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Self Portrait by Honza Sakař - Silent Portraits at Dimbola Museum and Galleries, Isle of WightSilent Portraits by Honza Sakař, is the summer exhibition at Dimbola Galleries, the former home of the great Victorian photographic artist Julia Margaret Cameron. It is a collection of striking, emotionally charged black and white images produced using the wet collodion process.

If you’re wondering why a young photographer would choose to step back in time and embrace the arcane photographic techniques used by Cameron, Honza says:

“The wet plate process is demanding technically and artistically, which has forced me to change my approach and over the years I have developed a prophetic second sight. That is why, most of the time, I am able to capture the image in just one take. Images are studies, they become artefacts conveying a visual and emotional narrative and in many ways they can be seen as letters to Julia.”

The wet collodion process, invented in the 1850s, involves what can only be described as magical amalgamation of chemicals (some poisonous), liquids, light and plenty of patience. Like Julia before him, the process still tends to vandalise appearance, staining his clothes and hands black and wildly teasing hair in all different directions. Mastering the technique also took several years and Honza vividly recalls a portrait of his friend Lili that he regards as one of his first successes.

Lili by Honza Sakař - Silent Portraits at Dimbola Museum and Galleries, Isle of Wight‘Lili turned up with a bouquet and declared ‘I am not leaving until we have a great image.’ As it turned out this moment was hard to get, possibly the fifth plate or, in Lili’s case, the fifth dimension as it captures her spiritual supremacy, the flowers become a crown, and there is also the tantalising presence of yearning.”

Honza, who is definitely not stuck in the past, has installed an update. He scans the plates which are then manipulated in a computer programme. It is unusual to get a perfect plate and one free from processing errors – these are the blurs, halos, scratches and patches created by uneven applications of chemicals or simply bits falling onto the plate. Honza believes that these errors can cause a powerful emotional reaction that sometimes give credence to weak images.

“I manipulate plates to break through the superficial effects of processing errors. These errors can form a layer of meaning that diverts attention away from the image. The image is vital, not the processing errors, so, the manipulation is about finding balance to convey meaning.”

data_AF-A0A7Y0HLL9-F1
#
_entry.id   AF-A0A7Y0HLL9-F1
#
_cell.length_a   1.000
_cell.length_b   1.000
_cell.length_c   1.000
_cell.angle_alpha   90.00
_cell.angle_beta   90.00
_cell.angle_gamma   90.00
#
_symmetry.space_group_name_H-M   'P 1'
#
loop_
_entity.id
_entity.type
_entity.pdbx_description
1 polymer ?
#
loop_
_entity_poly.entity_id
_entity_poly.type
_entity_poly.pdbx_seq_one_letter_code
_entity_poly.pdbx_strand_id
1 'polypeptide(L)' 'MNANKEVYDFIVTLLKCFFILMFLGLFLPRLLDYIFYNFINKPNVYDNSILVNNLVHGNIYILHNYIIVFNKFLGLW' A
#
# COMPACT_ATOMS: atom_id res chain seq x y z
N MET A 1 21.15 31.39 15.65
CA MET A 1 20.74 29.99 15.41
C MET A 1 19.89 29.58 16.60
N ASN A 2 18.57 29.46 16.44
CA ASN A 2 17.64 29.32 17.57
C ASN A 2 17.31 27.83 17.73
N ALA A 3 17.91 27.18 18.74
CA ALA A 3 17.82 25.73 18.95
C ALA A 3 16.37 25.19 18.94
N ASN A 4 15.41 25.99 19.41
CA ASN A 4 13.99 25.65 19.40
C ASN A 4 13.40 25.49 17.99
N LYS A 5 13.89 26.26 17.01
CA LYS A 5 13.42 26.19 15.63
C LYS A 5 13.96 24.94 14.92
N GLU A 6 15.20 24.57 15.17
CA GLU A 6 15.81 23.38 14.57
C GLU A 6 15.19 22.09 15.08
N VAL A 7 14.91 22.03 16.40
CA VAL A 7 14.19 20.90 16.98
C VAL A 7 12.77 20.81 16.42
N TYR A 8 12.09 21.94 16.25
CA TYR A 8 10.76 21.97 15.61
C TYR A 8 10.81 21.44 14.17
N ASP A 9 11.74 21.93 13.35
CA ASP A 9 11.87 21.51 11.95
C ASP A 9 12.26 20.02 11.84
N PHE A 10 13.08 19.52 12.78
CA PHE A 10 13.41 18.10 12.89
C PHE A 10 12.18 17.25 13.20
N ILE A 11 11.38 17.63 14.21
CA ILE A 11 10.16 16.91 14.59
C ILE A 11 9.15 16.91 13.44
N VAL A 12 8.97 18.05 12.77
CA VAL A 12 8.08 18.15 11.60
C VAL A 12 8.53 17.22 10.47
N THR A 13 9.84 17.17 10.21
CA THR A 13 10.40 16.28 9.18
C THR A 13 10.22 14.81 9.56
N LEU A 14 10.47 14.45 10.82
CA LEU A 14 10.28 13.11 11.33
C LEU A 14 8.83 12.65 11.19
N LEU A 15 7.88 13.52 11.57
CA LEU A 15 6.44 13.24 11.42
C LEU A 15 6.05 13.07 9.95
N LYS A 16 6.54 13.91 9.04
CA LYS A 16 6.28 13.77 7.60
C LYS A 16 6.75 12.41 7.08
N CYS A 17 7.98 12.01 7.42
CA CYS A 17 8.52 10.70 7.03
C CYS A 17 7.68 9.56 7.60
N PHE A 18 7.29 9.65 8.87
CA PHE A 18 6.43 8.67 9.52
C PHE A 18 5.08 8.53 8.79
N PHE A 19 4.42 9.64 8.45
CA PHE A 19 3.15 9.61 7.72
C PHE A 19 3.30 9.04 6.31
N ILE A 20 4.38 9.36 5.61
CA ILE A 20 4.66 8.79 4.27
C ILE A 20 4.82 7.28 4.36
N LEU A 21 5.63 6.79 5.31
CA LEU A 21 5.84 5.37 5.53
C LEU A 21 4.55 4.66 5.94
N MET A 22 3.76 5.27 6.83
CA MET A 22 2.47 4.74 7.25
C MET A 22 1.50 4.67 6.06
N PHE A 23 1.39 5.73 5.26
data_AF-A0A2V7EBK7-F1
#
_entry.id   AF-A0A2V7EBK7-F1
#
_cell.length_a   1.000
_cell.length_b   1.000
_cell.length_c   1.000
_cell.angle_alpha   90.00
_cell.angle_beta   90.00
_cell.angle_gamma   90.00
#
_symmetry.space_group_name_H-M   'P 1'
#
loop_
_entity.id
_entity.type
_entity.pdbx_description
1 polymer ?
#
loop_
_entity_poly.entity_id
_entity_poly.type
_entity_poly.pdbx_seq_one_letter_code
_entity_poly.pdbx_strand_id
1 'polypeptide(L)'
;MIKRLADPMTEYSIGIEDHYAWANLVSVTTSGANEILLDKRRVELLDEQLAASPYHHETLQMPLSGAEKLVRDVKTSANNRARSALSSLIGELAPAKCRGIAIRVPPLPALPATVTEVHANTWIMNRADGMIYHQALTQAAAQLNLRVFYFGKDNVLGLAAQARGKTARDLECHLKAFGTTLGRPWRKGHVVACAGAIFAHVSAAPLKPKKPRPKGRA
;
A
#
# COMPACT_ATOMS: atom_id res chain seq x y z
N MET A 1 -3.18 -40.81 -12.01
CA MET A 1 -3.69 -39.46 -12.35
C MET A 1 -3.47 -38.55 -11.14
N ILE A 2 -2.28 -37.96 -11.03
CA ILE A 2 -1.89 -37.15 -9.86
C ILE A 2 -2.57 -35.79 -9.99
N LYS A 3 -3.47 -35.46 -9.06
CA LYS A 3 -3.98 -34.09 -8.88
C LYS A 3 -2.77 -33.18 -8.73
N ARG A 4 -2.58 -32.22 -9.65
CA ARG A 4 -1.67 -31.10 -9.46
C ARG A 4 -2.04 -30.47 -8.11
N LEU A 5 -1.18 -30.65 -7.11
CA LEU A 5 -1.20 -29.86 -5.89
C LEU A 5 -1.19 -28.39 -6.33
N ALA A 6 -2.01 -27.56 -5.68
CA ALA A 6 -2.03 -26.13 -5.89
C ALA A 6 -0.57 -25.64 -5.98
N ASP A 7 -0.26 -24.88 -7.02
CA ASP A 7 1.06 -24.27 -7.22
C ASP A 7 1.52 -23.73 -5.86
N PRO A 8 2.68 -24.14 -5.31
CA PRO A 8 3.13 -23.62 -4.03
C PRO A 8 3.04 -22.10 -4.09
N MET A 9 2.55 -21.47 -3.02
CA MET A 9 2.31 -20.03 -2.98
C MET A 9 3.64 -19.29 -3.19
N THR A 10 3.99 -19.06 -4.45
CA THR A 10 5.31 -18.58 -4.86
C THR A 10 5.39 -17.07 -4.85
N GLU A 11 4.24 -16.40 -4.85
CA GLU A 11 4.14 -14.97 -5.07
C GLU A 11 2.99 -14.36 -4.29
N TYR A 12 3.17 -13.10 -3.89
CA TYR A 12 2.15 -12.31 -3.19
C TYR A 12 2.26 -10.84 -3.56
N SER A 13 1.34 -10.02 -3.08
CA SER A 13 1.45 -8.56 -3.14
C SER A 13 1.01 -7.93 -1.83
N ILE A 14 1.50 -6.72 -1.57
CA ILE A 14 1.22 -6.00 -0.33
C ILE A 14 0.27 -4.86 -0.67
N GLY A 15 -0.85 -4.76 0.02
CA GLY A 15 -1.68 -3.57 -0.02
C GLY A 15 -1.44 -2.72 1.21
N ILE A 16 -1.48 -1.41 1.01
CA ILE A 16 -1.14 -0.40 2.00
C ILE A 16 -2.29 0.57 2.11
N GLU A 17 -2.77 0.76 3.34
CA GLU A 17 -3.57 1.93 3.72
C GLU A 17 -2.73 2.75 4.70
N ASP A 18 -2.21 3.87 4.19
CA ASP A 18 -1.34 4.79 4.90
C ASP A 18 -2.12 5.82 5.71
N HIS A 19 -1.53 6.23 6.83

Lovers by Honza Sakař - Silent Portraits at Dimbola Museum and Galleries, Isle of WightEach Silent Portrait is charged with hidden meaning and other-worldly beauty. Lovers embracing at the stroke of midnight. The suggestive flowering of hidden desires or longings that bloom in a paused moment. The fidgeting glow of a restless performer. The timeless mother’s love for her child. Each image an artwork. Each person a work of art.

That an artist should look to traditional techniques as a medium of expression in an age when 93 million selfies are taken each day is in itself thought-provoking. Maybe a silent portrait is a sanctuary for the soul? Whatever his reasons, Honza’s exceptional body of work reveal the power and appeal of wet collodion photography is still very much relevant today. This is also an astounding legacy for Cameron, the Victorian mother of six who took up photography at the age of 48 and transformed it into a fine art form. In Silent Portraits, if you listen carefully enough, you will hear the whispers of the past inviting you to open your heart.

SILENT PORTRAITS  26 May – 30th September

For more information about Dimbola Museum and Galleries, including opening times and ticket prices click here.

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  1. Yum Yum
    I saw this exhibition last week and it was stunning. It is interesting to see young artists rediscover and augment traditional methods. You also get access to see the master herself, Julia Margaret Cameron's ground-breaking and breath-taking images are also on permanent display. Worth a pilgrimage.
  2. Dolly
    Really enjoyable exhibition and very inspiring. The antithesis of the selfie with filters which we embrace today. These portraits say so much more about the sitters and the photographer as artist. Well worth a visit!

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